Difference between revisions of "PatternQuery:Use Cases"

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       (m.Count(Residues("His")) == 2) & (m.Count(Residues("Cys")) == 2)) </syntaxhighlight>
 
       (m.Count(Residues("His")) == 2) & (m.Count(Residues("Cys")) == 2)) </syntaxhighlight>
  
At first the zinc atoms are selected together with their bonded residues. Additionally, these motives are filtered according to the content of their amino acids.
+
At first the zinc atoms are selected together with their bonded residues. Additionally, these patterns are filtered according to the content of their amino acids.
  
 
====Identify all the residues, which contain a sugar ring====
 
====Identify all the residues, which contain a sugar ring====
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   .Filter(lambda l: l.Count(Atoms("P")) == 0)</syntaxhighlight>
 
   .Filter(lambda l: l.Count(Atoms("P")) == 0)</syntaxhighlight>
  
At first we select all the pairs of calcium atoms, if they are in a vicinity of 4Å and less by <syntaxhighlight lang="python">Near(4, Atoms("Ca"), Atoms("Ca"))</syntaxhighlight> Subsequently all the bonded residues are checked if they contain either pyranose or furanose ring. only the motives containing either pentose <syntaxhighlight lang="python">(Rings(5 * ["C"] + ["O"]))</syntaxhighlight> or furanose <syntaxhighlight lang="python">(Rings(4 * ["C"] + ["O"]))</syntaxhighlight> are returned. Since a sugar moiety is an integral part of nucleotides, there is a final simple check, assuring, that no fragments containing phosphorus, i.e. nucleotide are retained.
+
At first we select all the pairs of calcium atoms, if they are in a vicinity of 4Å and less by <syntaxhighlight lang="python">Near(4, Atoms("Ca"), Atoms("Ca"))</syntaxhighlight> Subsequently all the bonded residues are checked if they contain either pyranose or furanose ring. only the patterns containing either pentose <syntaxhighlight lang="python">(Rings(5 * ["C"] + ["O"]))</syntaxhighlight> or furanose <syntaxhighlight lang="python">(Rings(4 * ["C"] + ["O"]))</syntaxhighlight> are returned. Since a sugar moiety is an integral part of nucleotides, there is a final simple check, assuring, that no patterns containing phosphorus, i.e. nucleotide are retained.

Latest revision as of 16:42, 25 April 2015

In this section you can find several biologically relevant examples of different queries.

Find all post-translational modified aminoacids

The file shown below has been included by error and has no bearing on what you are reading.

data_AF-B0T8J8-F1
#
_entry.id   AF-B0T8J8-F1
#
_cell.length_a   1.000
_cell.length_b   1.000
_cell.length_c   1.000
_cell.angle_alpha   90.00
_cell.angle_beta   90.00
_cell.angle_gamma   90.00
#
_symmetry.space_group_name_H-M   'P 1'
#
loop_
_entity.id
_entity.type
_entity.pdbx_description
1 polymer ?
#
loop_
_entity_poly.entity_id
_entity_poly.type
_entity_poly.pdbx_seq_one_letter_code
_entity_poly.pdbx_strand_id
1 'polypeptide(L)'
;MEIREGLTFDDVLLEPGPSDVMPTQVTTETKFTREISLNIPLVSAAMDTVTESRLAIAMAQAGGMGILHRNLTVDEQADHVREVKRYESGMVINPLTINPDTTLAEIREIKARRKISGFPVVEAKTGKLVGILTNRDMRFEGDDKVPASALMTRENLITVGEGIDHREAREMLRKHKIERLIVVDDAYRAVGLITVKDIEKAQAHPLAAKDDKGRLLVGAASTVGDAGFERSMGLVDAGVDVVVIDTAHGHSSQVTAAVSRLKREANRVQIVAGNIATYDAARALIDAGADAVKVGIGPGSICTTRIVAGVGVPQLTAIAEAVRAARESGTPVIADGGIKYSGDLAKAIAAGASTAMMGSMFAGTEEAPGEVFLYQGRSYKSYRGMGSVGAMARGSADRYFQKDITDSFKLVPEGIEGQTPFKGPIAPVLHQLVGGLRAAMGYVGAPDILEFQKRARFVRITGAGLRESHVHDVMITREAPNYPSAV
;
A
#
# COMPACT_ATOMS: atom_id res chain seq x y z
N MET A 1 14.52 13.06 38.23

• i.e. Those incorporated in the protein backbone and not hetero atoms
NotAminoAcids().
    Filter(lambda m: m.Count(HetResidues()) == 0)
This query queries all the non-standard amino acids for their presence among Hetatom entries. Equivalently:
NotAminoAcids().
    Filter(lambda m: m.Contains(HetResidues()).Not())

Find all heteroatoms, which are not covalently bonded to the protein structure

  • Takes all the heteroatoms and queries them for being connected to any amino acid of a given protein
HetResidues().
    Filter(lambda m: m.IsNotConnectedTo(AminoAcids()))

Identify Zinc fingers

  • There is a variety of different zinc fingers based on the surrounding residues, in our example we will focus on those comprising two zinc and two his residues (Cys2His2).
Atoms("Zn").
    ConnectedResidues(1).
    Filter(lambda m: 
      (m.Count(Residues("His")) == 2) & (m.Count(Residues("Cys")) == 2))

At first the zinc atoms are selected together with their bonded residues. Additionally, these patterns are filtered according to the content of their amino acids.

Identify all the residues, which contain a sugar ring

  • This task can be decomposed to two individual subtasks, since sugars contain either pentose or furanose ring. Pentose ring contains 4 carbon and an oxygen atom. Similarly, furanose ring is composed of 5 carbon atoms and an oxygen atom.
Or(Rings(4 * ["C"] + ["O"]).ConnectedResidues(0), 
   Rings(5 * ["C"] + ["O"]).ConnectedResidues(0))
By specifying the Ring() queries, we select only the ring part of the molecule. By extending the Ring() query with
ConnectedResidues(0)
only the residue which includes this ring is selected. Last but not least we can join both queries with
Or()
in order to merge results.

Identify all binding sites of PA-IIL lectin in different organisms

  • Binding sites of this type of lectin comprise of two calcium atoms close to each other and a binded sugar residue.
Near(4, Atoms("Ca"), Atoms("Ca"))
  .ConnectedResidues(1)
  .Filter(lambda l:
    l.Count(Or(Rings(5 * ["C"] + ["O"]), Rings(4 * ["C"] + ["O"]))) > 0)
  .Filter(lambda l: l.Count(Atoms("P")) == 0)
At first we select all the pairs of calcium atoms, if they are in a vicinity of 4Å and less by
Near(4, Atoms("Ca"), Atoms("Ca"))
Subsequently all the bonded residues are checked if they contain either pyranose or furanose ring. only the patterns containing either pentose
(Rings(5 * ["C"] + ["O"]))
or furanose
(Rings(4 * ["C"] + ["O"]))
are returned. Since a sugar moiety is an integral part of nucleotides, there is a final simple check, assuring, that no patterns containing phosphorus, i.e. nucleotide are retained.